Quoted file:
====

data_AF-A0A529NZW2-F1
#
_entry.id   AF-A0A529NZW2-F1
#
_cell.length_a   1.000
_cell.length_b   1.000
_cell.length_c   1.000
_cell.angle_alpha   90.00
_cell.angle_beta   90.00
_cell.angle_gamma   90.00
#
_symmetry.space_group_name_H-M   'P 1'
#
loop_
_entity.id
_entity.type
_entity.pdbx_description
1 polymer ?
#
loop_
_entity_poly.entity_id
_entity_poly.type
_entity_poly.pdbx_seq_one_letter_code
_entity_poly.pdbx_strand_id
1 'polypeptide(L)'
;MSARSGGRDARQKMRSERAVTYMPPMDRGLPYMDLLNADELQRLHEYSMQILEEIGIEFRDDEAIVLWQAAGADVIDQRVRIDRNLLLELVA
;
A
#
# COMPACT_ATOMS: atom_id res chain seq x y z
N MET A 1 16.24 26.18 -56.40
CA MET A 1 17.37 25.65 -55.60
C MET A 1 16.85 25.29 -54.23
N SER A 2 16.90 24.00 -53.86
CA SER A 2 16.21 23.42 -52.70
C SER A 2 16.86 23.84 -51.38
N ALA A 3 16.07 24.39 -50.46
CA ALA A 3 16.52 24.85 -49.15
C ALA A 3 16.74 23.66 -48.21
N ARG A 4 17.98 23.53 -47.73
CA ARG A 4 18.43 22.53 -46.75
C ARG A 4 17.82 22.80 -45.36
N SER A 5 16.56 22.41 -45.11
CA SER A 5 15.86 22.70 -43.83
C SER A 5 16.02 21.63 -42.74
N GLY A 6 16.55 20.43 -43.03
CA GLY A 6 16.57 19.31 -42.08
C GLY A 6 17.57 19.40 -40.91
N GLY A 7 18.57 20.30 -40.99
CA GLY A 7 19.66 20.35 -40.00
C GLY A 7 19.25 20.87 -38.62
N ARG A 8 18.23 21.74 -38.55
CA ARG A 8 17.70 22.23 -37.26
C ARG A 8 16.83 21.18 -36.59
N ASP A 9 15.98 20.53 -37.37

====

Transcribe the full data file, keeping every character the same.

data_AF-A0A529NZW2-F1
#
_entry.id   AF-A0A529NZW2-F1
#
_cell.length_a   1.000
_cell.length_b   1.000
_cell.length_c   1.000
_cell.angle_alpha   90.00
_cell.angle_beta   90.00
_cell.angle_gamma   90.00
#
_symmetry.space_group_name_H-M   'P 1'
#
loop_
_entity.id
_entity.type
_entity.pdbx_description
1 polymer ?
#
loop_
_entity_poly.entity_id
_entity_poly.type
_entity_poly.pdbx_seq_one_letter_code
_entity_poly.pdbx_strand_id
1 'polypeptide(L)'
;MSARSGGRDARQKMRSERAVTYMPPMDRGLPYMDLLNADELQRLHEYSMQILEEIGIEFRDDEAIVLWQAAGADVIDQRVRIDRNLLLELVA
;
A
#
# COMPACT_ATOMS: atom_id res chain seq x y z
N MET A 1 16.24 26.18 -56.40
CA MET A 1 17.37 25.65 -55.60
C MET A 1 16.85 25.29 -54.23
N SER A 2 16.90 24.00 -53.86
CA SER A 2 16.21 23.42 -52.70
C SER A 2 16.86 23.84 -51.38
N ALA A 3 16.07 24.39 -50.46
CA ALA A 3 16.52 24.85 -49.15
C ALA A 3 16.74 23.66 -48.21
N ARG A 4 17.98 23.53 -47.73
CA ARG A 4 18.43 22.53 -46.75
C ARG A 4 17.82 22.80 -45.36
N SER A 5 16.56 22.41 -45.11
CA SER A 5 15.86 22.70 -43.83
C SER A 5 16.02 21.63 -42.74
N GLY A 6 16.55 20.43 -43.03
CA GLY A 6 16.57 19.31 -42.08
C GLY A 6 17.57 19.40 -40.91
N GLY A 7 18.57 20.30 -40.99
CA GLY A 7 19.66 20.35 -40.00
C GLY A 7 19.25 20.87 -38.62
N ARG A 8 18.23 21.74 -38.55
CA ARG A 8 17.70 22.23 -37.26
C ARG A 8 16.83 21.18 -36.59
N ASP A 9 15.98 20.53 -37.37